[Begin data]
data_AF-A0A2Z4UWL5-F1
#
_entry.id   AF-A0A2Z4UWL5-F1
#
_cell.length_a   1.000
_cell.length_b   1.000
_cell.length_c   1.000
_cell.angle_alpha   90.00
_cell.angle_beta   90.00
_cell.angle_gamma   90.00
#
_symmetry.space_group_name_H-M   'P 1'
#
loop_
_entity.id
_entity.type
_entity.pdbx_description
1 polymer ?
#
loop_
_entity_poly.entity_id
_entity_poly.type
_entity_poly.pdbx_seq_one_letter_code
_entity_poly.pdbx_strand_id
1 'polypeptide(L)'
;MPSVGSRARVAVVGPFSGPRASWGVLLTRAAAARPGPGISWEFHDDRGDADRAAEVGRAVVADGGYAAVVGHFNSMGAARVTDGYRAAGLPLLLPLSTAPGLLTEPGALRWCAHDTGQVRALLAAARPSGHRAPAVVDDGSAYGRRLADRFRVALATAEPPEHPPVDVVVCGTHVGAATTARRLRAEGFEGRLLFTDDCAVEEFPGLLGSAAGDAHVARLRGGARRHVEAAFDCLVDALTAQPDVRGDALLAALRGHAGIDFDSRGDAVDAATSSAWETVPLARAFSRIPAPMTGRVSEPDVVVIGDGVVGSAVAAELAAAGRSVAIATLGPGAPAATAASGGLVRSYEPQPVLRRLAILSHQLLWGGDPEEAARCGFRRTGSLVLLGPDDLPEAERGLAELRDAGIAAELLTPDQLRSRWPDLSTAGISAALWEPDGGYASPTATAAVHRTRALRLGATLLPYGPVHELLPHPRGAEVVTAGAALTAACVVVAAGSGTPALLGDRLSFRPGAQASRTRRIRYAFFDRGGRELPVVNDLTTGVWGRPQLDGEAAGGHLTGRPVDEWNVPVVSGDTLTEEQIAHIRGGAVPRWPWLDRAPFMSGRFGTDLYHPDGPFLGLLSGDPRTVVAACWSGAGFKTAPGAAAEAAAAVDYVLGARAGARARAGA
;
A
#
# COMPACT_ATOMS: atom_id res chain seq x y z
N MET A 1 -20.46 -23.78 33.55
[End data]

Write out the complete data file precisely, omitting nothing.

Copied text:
data_AF-A0A2Z4UWL5-F1
#
_entry.id   AF-A0A2Z4UWL5-F1
#
_cell.length_a   1.000
_cell.length_b   1.000
_cell.length_c   1.000
_cell.angle_alpha   90.00
_cell.angle_beta   90.00
_cell.angle_gamma   90.00
#
_symmetry.space_group_name_H-M   'P 1'
#
loop_
_entity.id
_entity.type
_entity.pdbx_description
1 polymer ?
#
loop_
_entity_poly.entity_id
_entity_poly.type
_entity_poly.pdbx_seq_one_letter_code
_entity_poly.pdbx_strand_id
1 'polypeptide(L)'
;MPSVGSRARVAVVGPFSGPRASWGVLLTRAAAARPGPGISWEFHDDRGDADRAAEVGRAVVADGGYAAVVGHFNSMGAARVTDGYRAAGLPLLLPLSTAPGLLTEPGALRWCAHDTGQVRALLAAARPSGHRAPAVVDDGSAYGRRLADRFRVALATAEPPEHPPVDVVVCGTHVGAATTARRLRAEGFEGRLLFTDDCAVEEFPGLLGSAAGDAHVARLRGGARRHVEAAFDCLVDALTAQPDVRGDALLAALRGHAGIDFDSRGDAVDAATSSAWETVPLARAFSRIPAPMTGRVSEPDVVVIGDGVVGSAVAAELAAAGRSVAIATLGPGAPAATAASGGLVRSYEPQPVLRRLAILSHQLLWGGDPEEAARCGFRRTGSLVLLGPDDLPEAERGLAELRDAGIAAELLTPDQLRSRWPDLSTAGISAALWEPDGGYASPTATAAVHRTRALRLGATLLPYGPVHELLPHPRGAEVVTAGAALTAACVVVAAGSGTPALLGDRLSFRPGAQASRTRRIRYAFFDRGGRELPVVNDLTTGVWGRPQLDGEAAGGHLTGRPVDEWNVPVVSGDTLTEEQIAHIRGGAVPRWPWLDRAPFMSGRFGTDLYHPDGPFLGLLSGDPRTVVAACWSGAGFKTAPGAAAEAAAAVDYVLGARAGARARAGA
;
A
#
# COMPACT_ATOMS: atom_id res chain seq x y z
N MET A 1 -20.46 -23.78 33.55